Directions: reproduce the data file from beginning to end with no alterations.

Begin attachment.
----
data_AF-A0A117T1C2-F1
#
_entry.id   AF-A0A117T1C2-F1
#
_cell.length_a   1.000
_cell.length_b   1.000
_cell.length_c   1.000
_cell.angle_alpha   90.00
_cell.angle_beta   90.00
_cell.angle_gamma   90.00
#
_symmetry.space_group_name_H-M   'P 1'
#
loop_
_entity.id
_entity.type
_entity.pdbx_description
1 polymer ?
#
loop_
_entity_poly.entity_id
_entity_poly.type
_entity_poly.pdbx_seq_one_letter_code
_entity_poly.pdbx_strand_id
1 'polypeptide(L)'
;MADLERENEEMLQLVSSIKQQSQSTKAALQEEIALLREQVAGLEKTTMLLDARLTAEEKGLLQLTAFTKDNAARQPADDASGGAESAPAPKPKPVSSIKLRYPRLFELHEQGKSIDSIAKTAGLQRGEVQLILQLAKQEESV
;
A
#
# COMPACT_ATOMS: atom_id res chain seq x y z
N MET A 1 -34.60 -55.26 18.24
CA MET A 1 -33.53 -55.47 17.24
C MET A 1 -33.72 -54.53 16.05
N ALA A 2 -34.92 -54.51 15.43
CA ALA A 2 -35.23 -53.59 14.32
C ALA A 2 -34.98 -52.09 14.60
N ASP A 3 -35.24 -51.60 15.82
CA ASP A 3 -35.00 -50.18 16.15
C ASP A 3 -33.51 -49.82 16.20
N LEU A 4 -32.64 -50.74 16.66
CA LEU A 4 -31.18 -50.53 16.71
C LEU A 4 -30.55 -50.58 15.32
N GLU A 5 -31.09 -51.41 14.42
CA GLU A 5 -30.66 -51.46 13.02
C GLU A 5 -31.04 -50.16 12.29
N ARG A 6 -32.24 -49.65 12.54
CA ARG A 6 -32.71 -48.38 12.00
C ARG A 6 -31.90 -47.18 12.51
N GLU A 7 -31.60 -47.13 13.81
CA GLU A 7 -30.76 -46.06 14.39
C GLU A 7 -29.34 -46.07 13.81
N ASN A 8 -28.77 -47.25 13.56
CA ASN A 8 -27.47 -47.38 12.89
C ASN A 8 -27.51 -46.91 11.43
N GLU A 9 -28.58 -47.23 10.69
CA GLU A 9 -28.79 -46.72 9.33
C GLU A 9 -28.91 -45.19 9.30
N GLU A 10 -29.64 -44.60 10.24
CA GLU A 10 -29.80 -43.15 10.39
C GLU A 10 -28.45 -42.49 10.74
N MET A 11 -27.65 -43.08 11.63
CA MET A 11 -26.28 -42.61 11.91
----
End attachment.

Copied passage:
data_AF-A0A117T1C2-F1
#
_entry.id   AF-A0A117T1C2-F1
#
_cell.length_a   1.000
_cell.length_b   1.000
_cell.length_c   1.000
_cell.angle_alpha   90.00
_cell.angle_beta   90.00
_cell.angle_gamma   90.00
#
_symmetry.space_group_name_H-M   'P 1'
#
loop_
_entity.id
_entity.type
_entity.pdbx_description
1 polymer ?
#
loop_
_entity_poly.entity_id
_entity_poly.type
_entity_poly.pdbx_seq_one_letter_code
_entity_poly.pdbx_strand_id
1 'polypeptide(L)'
;MADLERENEEMLQLVSSIKQQSQSTKAALQEEIALLREQVAGLEKTTMLLDARLTAEEKGLLQLTAFTKDNAARQPADDASGGAESAPAPKPKPVSSIKLRYPRLFELHEQGKSIDSIAKTAGLQRGEVQLILQLAKQEESV
;
A
#
# COMPACT_ATOMS: atom_id res chain seq x y z
N MET A 1 -34.60 -55.26 18.24
CA MET A 1 -33.53 -55.47 17.24
C MET A 1 -33.72 -54.53 16.05
N ALA A 2 -34.92 -54.51 15.43
CA ALA A 2 -35.23 -53.59 14.32
C ALA A 2 -34.98 -52.09 14.60
N ASP A 3 -35.24 -51.60 15.82
CA ASP A 3 -35.00 -50.18 16.15
C ASP A 3 -33.51 -49.82 16.20
N LEU A 4 -32.64 -50.74 16.66
CA LEU A 4 -31.18 -50.53 16.71
C LEU A 4 -30.55 -50.58 15.32
N GLU A 5 -31.09 -51.41 14.42
CA GLU A 5 -30.66 -51.46 13.02
C GLU A 5 -31.04 -50.16 12.29
N ARG A 6 -32.24 -49.65 12.54
CA ARG A 6 -32.71 -48.38 12.00
C ARG A 6 -31.90 -47.18 12.51
N GLU A 7 -31.60 -47.13 13.81
CA GLU A 7 -30.76 -46.06 14.39
C GLU A 7 -29.34 -46.07 13.81
N ASN A 8 -28.77 -47.25 13.56
CA ASN A 8 -27.47 -47.38 12.89
C ASN A 8 -27.51 -46.91 11.43
N GLU A 9 -28.58 -47.23 10.69
CA GLU A 9 -28.79 -46.72 9.33
C GLU A 9 -28.91 -45.19 9.30
N GLU A 10 -29.64 -44.60 10.24
CA GLU A 10 -29.80 -43.15 10.39
C GLU A 10 -28.45 -42.49 10.74
N MET A 11 -27.65 -43.08 11.63
CA MET A 11 -26.28 -42.61 11.91